He is a man who bestrides two worlds, with one foot in America, the other in Belarus. Or one foot in academia, the other in music. At the moment, though, Dmitri “Zisl” Slepovitch has both feet planted squarely in being a Daddy; his sleeping 20-month-old daughter is now safely entrusted to her nanny.

“I’ve been building my entire schedule around her,” he says, laughing. “But that’s only natural.”

Slepovitch is the clarinetist and artistic director of one of the more unusual bands on the New York klezmer scene, Litvakus, and since the band’s first CD was released in October, he has been busy playing locally; on Feb. 10 Litvakus performs as part of the New York Klezmer Series, and in March it appears at the JCH in Bensonhurst.

The Brooklyn-based, Minsk-born musician has a few other day jobs. He teaches Yiddish language and culture at the New School, works as assistant to the artistic director at the Folksbiene/National Yiddish Theater, and serves as a music consultant and occasional actor on period European-set films like “Defiance.”

Not bad for a guy who has only been in the United States since 2008.

“It felt like home pretty quickly,” Slepovitch says. “I had a seamless transition from ‘I’m on vacation’ to ‘I live here.’”

He’d been in North America before. Indeed he met his future wife, a transplanted Minsker herself, at KlezKanada. When he finally moved to the States, it was on a fiancé visa.

He has been in the same building in Brooklyn ever since.

Slepovitch claims an older set of American roots, only half-jokingly. Friends of his who work for Radio Liberty were doing a story on the centennial of the sinking of the Titanic in 2012, and showed him the names of the three Belarusians who survived. He immediately recognized one.

“It was my grand-aunt,” he says proudly. “She died in Brooklyn in 1951. So now I tell people that I came to America over a hundred years ago. It adds to my already strong sense of belonging here.”

For many years before and after his emigration, Slepovitch led a trio, the Minsker Kapelye, with a tsimblist and a cellist. But while he was working with the Folksbiene as clarinetist and rehearsal pianist for its production of “Gimpel Tam” he bonded with other members of the orchestra, and Litvakus was born.

“We continued the concept from Minsker Kapelye,” he says. “The concept was to represent the Litvak musical tradition. It’s an absolutely distinct sound: a mix of drones from Belarusian bagpipes with a recognizably Jewish idiom. It is a sound that is totally unknown anywhere else.”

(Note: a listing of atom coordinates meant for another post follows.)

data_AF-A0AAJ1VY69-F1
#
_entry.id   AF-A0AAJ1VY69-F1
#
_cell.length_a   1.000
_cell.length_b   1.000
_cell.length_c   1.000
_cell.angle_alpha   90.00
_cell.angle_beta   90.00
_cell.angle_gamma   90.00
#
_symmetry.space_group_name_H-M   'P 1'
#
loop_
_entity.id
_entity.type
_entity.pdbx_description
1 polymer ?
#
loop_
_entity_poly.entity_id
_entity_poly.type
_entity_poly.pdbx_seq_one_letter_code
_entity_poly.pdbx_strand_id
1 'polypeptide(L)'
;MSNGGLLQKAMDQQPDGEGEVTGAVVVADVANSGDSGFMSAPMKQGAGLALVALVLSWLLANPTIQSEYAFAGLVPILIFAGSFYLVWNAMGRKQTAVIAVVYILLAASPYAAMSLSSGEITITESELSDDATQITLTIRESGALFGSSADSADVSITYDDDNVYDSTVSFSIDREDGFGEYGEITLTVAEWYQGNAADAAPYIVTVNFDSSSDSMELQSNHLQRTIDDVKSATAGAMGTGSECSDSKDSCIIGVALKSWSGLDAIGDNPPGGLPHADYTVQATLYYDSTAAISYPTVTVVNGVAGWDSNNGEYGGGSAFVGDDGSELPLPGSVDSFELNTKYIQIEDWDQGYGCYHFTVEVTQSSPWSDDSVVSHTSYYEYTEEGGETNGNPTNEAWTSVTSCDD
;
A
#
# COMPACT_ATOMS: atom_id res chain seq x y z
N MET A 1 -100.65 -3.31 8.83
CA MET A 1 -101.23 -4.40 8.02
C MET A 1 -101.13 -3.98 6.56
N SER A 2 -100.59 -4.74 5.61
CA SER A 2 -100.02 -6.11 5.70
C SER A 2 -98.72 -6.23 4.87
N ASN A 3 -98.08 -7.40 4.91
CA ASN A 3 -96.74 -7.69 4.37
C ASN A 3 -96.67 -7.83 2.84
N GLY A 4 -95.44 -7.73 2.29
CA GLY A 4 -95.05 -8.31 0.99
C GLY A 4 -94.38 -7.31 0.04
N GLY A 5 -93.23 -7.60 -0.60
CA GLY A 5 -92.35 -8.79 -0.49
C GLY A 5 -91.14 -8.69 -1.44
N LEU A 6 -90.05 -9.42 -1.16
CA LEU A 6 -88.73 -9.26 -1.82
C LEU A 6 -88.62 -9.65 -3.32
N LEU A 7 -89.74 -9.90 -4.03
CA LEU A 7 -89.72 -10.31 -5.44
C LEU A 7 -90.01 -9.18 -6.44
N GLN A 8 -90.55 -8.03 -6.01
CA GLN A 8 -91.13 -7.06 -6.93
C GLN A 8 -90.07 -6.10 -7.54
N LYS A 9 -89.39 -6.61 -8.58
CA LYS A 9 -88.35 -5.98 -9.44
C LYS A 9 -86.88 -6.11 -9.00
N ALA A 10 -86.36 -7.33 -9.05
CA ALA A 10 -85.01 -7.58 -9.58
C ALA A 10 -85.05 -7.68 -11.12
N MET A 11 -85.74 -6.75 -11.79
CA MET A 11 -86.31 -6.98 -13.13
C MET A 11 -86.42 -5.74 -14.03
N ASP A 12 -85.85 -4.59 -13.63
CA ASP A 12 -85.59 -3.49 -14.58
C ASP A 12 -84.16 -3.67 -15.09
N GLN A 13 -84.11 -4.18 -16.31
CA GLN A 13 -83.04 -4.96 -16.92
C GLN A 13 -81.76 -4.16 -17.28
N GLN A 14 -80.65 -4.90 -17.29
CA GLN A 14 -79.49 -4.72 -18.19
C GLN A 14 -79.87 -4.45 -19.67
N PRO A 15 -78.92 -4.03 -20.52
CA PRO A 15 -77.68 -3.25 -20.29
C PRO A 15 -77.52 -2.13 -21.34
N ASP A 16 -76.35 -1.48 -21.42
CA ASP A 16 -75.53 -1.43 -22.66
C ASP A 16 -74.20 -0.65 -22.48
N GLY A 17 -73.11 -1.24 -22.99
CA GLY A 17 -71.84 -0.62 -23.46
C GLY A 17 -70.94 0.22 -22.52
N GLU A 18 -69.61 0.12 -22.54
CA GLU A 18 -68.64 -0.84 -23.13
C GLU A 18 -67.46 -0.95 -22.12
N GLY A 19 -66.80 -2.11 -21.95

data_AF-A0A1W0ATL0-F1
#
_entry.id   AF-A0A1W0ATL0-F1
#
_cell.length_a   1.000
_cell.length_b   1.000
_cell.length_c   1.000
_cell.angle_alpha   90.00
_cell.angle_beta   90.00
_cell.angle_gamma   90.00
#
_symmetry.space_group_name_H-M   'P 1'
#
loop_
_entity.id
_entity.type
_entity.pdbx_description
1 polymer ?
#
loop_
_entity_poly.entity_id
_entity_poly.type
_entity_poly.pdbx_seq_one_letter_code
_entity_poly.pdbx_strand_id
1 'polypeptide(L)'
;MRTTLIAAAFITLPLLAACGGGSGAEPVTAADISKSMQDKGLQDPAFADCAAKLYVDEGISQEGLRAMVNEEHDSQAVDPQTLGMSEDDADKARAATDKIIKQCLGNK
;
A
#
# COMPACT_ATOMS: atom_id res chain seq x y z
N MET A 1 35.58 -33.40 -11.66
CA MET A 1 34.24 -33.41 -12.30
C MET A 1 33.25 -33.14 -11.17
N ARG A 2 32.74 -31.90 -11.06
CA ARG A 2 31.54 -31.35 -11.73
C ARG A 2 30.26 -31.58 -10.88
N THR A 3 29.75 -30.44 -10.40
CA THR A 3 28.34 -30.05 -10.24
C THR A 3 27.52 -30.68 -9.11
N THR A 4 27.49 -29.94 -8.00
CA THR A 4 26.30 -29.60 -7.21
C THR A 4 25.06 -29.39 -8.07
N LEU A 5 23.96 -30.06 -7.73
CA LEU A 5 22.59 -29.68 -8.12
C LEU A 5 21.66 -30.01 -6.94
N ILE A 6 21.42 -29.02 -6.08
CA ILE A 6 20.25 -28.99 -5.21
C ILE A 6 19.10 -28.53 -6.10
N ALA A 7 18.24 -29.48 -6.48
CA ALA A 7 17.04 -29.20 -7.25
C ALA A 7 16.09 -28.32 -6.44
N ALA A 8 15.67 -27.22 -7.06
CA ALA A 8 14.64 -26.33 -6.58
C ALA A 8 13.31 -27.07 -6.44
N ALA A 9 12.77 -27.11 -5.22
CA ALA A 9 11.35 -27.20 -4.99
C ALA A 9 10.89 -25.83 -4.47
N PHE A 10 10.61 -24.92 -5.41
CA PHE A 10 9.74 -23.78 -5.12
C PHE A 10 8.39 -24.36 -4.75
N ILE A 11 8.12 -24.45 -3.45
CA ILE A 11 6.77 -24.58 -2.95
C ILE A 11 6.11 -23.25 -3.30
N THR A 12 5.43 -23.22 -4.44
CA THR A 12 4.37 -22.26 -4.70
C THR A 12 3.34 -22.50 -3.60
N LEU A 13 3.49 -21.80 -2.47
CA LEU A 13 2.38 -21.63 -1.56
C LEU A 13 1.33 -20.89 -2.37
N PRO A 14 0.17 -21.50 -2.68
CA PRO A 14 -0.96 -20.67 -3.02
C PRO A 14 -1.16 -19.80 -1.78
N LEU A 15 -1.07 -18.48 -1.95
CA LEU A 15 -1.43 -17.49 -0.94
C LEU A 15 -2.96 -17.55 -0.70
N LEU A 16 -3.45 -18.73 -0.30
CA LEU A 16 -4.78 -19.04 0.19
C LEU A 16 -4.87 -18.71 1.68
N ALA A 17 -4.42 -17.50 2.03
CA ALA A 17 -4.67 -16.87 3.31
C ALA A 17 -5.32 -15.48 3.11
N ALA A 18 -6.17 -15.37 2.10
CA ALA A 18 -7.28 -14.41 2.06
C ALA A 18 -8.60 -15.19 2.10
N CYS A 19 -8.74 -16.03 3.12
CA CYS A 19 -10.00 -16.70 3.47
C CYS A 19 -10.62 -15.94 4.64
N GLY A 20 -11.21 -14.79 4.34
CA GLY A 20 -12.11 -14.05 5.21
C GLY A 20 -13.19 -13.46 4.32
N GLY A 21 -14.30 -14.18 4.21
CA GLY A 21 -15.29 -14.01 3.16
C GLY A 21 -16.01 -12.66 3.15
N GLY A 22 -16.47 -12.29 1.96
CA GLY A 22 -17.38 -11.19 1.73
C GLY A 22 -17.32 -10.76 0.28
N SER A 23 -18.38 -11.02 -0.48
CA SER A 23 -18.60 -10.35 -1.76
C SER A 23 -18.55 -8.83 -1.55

It is also a sound that was all but forgotten even in Belarus. Slepovitch drew on traditional pieces he had encountered doing fieldwork in the region and on the collection of Sofia Magid, who compiled a formidable archive for the famous St. Petersburg Society for Jewish Folk Music.

Litvakus is a tightly woven ensemble that draws its talents and inspirations from a wide spectrum, starting of course with the Litvak (Belarusian Jewish) foundation. The sheer diversity of the band members’ backgrounds is, Slepovitch says, one of the group’s greatest strengths.

“These guys are amazing musicians,” he says. “Taylor Bergren-Chrisman [the bassist] plays a lot of Jewish music with Golem and in Yiddish theater, but that’s not what he does all the time. On the other hand, Josh Camp [the accordionist] is a composer who played for a production of “Fiddler on the Roof,” and that was his only connection to Jewish music” before the group formed.

What drew them together with Slepovitch, violinist Craig Judelman and percussionist Sam Weisenberg was a willingness to open their ears and minds to a different sound.

That sound evolved as the result of tight communal bonds between Belarusians and their Litvak Jewish neighbors, an almost hypnotic blend of high-pitched drones from the pipers, highly syncopated rhythms from percussion and handclaps and the strangely “oriental” harmonies of the Jewish modes.

As heard on the band’s first album, “Raysn: The Music of Jewish Belarus,” the sound is at once invigorating, a sort of acoustic Jewish/Eurasian dance music (but with a lot more rhythmic complexity), and appealingly exotic.

But a lot of the material has been reimagined by Slepovitch in ways that depart from the originals significantly. So, is it authentic?

Slepovitch is candid in his reply.

“[The music] is traditional in terms of inheriting certain cultural idioms, and expressing your belonging to the tribe through sophisticated means like academic study and performance,” he says. “To me it’s absolutely authentic [even] though I’m composing a lot of it. It all works towards one single goal, to portray ‘raysn,’” (which he describes in the album’s liner notes as an old local Yiddish term signifying Belarus as a concept, a homeland, a quality, rather than a mere name on the map).

Slepovitch readily admits that the explorations the band is performing are “a continuation of my own discovery of my Jewish identity.” But as music for performance, they must do more.

“It was essential for me to translate this culture, to convey the beauty and the sentiment of it, to make it work for people who were not born into that,” he says. “We’re authentic to ourselves and our time and the expressions we perform. To make people feel it, that makes it authentic.”

Litvakus will be performing as part of the New York Klezmer Series at Stephen Wise Free Synagogue (30 W. 68th St.) on Tuesday, Feb. 10 at 7:30 p.m. They will also be performing on Sunday, March 1, 4 p.m., at the JCH in Bensonhurst (7802 Bay Pkwy., Brooklyn). Their first CD, “Raysn: The Music of Jewish Belarus” is available from their website, www.litvakus.com.